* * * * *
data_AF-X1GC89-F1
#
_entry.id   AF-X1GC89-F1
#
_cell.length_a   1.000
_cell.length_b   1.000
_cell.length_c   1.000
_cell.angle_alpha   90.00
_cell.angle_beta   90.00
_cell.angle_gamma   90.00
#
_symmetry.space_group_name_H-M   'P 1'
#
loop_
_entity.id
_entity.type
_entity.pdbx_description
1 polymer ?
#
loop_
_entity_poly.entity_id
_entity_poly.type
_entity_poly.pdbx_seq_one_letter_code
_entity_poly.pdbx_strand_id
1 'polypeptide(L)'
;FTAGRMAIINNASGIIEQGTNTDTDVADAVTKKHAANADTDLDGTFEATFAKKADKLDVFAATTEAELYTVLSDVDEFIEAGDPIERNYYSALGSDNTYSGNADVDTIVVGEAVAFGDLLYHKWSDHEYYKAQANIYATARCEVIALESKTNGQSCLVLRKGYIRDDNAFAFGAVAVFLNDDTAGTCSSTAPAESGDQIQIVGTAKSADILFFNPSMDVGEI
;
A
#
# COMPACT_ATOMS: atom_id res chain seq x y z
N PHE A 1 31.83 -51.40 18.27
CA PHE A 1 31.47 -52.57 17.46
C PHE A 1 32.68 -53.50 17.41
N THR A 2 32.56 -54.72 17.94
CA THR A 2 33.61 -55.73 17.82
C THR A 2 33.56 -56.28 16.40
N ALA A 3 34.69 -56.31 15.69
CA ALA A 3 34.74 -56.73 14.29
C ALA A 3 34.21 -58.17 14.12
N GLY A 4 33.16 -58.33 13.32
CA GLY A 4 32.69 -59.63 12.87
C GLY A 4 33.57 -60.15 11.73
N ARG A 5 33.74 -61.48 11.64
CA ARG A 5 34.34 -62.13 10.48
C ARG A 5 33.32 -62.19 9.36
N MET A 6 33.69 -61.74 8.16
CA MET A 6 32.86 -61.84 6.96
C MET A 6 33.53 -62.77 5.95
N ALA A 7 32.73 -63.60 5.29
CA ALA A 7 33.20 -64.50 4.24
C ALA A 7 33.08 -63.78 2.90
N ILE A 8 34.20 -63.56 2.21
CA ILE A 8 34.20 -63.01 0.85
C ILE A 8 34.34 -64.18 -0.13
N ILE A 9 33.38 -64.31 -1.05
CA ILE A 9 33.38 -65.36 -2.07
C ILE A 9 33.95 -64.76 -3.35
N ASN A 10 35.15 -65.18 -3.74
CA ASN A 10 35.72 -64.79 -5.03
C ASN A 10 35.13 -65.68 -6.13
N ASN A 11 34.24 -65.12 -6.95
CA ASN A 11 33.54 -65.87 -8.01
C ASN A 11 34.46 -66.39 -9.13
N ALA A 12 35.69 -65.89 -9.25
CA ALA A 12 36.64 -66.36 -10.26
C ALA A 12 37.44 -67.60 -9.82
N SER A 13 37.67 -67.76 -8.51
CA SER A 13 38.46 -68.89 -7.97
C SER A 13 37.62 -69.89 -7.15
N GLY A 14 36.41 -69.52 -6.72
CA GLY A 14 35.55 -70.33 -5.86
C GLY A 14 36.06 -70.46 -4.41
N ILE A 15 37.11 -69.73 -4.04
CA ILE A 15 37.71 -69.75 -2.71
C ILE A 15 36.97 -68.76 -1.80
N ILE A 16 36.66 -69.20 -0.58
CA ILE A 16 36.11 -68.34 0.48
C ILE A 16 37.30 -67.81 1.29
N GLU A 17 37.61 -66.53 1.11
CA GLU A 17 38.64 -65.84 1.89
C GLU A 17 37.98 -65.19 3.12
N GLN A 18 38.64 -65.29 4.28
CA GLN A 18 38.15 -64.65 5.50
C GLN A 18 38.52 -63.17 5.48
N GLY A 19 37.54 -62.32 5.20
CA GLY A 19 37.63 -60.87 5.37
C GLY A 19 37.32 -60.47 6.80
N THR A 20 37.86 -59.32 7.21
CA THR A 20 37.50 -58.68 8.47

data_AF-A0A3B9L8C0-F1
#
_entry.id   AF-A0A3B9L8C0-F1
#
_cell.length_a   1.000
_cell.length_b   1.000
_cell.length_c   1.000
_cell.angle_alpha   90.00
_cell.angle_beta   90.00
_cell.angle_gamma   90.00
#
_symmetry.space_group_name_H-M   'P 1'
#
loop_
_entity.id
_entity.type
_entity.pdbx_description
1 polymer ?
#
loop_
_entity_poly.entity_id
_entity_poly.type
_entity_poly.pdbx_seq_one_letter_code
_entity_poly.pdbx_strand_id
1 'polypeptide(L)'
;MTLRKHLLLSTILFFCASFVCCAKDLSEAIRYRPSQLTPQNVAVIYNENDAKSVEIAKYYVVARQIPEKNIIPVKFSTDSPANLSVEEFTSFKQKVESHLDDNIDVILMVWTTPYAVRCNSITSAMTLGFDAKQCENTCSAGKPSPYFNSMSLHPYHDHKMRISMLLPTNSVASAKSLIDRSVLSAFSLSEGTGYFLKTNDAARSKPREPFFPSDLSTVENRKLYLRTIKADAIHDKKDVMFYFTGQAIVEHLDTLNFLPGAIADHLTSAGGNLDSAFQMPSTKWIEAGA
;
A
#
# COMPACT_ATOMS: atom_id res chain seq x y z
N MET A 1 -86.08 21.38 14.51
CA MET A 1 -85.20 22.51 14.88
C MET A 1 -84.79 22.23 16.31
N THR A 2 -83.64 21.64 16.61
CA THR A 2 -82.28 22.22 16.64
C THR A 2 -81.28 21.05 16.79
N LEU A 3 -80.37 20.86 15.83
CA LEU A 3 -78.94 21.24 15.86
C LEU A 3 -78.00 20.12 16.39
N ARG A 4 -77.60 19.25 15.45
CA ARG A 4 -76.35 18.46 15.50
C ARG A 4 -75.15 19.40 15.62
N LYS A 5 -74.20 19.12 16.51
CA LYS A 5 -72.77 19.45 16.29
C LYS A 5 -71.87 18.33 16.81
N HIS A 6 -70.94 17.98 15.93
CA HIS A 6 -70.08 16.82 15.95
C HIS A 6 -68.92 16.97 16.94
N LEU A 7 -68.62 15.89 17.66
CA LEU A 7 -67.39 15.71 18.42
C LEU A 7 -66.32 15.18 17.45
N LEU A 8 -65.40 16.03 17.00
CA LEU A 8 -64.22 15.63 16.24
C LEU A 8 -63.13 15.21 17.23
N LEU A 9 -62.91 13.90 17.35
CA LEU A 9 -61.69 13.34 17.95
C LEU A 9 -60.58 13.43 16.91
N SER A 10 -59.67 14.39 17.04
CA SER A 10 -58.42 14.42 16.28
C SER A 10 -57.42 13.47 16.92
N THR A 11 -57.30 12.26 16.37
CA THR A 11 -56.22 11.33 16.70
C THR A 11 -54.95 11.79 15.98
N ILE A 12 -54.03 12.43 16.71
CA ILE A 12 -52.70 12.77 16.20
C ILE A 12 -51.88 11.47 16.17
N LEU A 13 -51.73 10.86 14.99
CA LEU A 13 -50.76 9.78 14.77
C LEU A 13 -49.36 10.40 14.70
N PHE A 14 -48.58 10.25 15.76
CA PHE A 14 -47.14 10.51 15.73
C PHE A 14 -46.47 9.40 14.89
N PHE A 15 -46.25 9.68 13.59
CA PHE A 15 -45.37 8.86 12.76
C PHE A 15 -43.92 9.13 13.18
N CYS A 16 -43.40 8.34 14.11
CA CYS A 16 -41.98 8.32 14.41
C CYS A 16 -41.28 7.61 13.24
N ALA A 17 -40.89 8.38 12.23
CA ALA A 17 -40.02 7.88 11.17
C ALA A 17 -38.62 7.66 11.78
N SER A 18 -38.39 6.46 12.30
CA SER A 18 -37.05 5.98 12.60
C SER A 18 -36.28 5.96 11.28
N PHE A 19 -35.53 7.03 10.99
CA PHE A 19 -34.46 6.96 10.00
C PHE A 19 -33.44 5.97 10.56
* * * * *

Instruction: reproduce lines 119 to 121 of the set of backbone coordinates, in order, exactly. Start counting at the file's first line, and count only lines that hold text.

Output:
# COMPACT_ATOMS: atom_id res chain seq x y z
N MET A 1 -86.08 21.38 14.51
CA MET A 1 -85.20 22.51 14.88